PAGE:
For its third edition, the 11 Weeks of Android series is diving into “privacy and security,” which is the upcoming operating systems’s third major tentpole alongside People and Controls. Most of the major features have been announced, but this week provides a deeper dive with some highlights.
One of the more significant privacy changes in Android 11 deals with further restricting background location. The OS already reminds users about such app access, and Google has found that this results in people downgrading or outright denying the location permission over 75% of the time.
The company believes that most developers can “provide the same user experience by only accessing location when the app is visible to the user.” As a result, Google is reviewing all Android apps requesting location access. Applied at the Play Store-level, there are very few exceptions, though Google is now giving existing apps until 2021 — instead of November 2 — to comply and remove unnecessary background location usage.
Apps — location sharing, emergency/safety — that need the background permission will have to direct users to the full Settings app. An application will first need to ask for foreground location, and can then direct users via a prompt to open system preferences. This makes the entire process a “more deliberate action.”
Building off the ability to limit location to “While app is in use,” Android 11 adds one-time permissions for microphone, camera, and location. Google notes that when Android 10 introduced that granular permission option last year, users selected it over half the time. Meanwhile, the new option does not require any work on the part of developers.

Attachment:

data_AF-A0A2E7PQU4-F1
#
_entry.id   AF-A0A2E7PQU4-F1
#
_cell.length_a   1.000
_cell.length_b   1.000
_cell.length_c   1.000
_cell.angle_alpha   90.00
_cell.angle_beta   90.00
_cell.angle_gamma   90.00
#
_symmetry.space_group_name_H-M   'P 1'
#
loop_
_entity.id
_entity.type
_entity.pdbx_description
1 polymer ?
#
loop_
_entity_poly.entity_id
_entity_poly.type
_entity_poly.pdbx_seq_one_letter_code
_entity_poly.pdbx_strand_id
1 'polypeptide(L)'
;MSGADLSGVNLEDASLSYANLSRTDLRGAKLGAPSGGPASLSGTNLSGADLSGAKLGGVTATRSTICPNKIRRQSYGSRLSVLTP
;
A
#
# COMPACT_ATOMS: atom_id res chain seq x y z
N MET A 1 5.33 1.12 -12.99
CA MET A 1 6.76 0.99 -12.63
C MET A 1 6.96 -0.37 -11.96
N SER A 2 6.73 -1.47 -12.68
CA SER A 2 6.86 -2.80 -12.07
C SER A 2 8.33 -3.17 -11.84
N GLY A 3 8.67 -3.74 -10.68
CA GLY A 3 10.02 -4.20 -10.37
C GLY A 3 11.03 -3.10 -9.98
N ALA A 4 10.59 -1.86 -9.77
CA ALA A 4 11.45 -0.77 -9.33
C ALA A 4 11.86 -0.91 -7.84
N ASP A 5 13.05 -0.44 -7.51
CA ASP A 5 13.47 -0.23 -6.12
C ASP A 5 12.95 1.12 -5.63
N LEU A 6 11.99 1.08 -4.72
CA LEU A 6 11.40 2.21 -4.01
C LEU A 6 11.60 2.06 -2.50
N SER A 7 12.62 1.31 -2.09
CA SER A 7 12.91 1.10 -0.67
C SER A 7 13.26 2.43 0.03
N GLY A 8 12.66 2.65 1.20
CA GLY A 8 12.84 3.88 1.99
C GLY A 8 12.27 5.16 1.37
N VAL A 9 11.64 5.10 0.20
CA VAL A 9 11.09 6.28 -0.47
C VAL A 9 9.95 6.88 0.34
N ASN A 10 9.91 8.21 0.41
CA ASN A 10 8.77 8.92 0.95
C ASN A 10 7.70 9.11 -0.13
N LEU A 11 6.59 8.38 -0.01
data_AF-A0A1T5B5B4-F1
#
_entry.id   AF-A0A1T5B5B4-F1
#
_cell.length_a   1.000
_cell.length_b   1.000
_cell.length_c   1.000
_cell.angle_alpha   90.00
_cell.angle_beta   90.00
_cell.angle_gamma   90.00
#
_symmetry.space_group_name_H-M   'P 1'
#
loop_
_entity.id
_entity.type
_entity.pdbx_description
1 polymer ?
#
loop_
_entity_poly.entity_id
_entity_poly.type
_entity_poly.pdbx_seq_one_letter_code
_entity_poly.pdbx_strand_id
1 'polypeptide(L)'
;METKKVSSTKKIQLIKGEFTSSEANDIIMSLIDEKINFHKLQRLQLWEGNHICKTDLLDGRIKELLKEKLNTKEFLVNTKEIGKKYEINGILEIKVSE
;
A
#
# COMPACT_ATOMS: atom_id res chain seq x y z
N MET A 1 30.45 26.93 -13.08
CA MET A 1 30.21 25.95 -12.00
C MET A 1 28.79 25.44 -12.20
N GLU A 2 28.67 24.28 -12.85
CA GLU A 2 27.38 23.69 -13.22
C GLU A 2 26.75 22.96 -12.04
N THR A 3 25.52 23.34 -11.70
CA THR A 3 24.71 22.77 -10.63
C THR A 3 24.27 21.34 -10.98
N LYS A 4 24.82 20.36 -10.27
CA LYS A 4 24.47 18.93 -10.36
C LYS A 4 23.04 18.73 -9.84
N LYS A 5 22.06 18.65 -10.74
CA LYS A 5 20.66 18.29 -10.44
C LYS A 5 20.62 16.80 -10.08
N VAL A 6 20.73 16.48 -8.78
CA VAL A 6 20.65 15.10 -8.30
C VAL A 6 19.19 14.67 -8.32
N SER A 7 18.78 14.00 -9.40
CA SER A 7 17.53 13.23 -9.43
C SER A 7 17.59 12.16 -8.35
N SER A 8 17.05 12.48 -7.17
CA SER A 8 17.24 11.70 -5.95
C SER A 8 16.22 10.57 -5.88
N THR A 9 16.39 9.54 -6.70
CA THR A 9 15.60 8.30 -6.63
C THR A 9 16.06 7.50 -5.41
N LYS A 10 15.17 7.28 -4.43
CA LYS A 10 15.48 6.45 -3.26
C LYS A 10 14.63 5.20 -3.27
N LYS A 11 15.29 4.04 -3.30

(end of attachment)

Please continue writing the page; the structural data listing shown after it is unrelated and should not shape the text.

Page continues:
Apps targeting Android 11 that haven’t been opened for an “extended period of time” by a user will have its permissions auto-reset. You’ll be notified when this occurs, and there is a new “Unused apps” page in Settings to manage and quickly delete.
If you have an app that has a legitimate use case to retain permissions even if a user doesn’t frequently interact with your app, you can prompt users to turn this feature OFF for your app in Settings.
Google is also helping developers audit apps to limit access to sensitive data. New APIs “identify code that is accessing gated permissions even within 3rd party SDKs.”
Scoped Storage was a contentious change introduced in Android 10 designed to limit broad access to files on a device. Developers were able to opt out, but it’s now mandatory for apps targeting Android 11. Another change Google has made is creating a special permission for file managers and backup apps that do need to manage all files in shared storage. Google Play will manually review all these requests.
Other changes include more Project Mainline modules, with Google highlighting how these Play system updates helped “quickly fix a critical vulnerability in the media decoding subsystem” earlier this year. It also continues work on an Identity Credential API that will allow drivers licenses and other IDs to be stored digitally. Google says it is “working with various government agencies and industry partners to make sure that Android 11 is ready for such digital-first identity experiences.”
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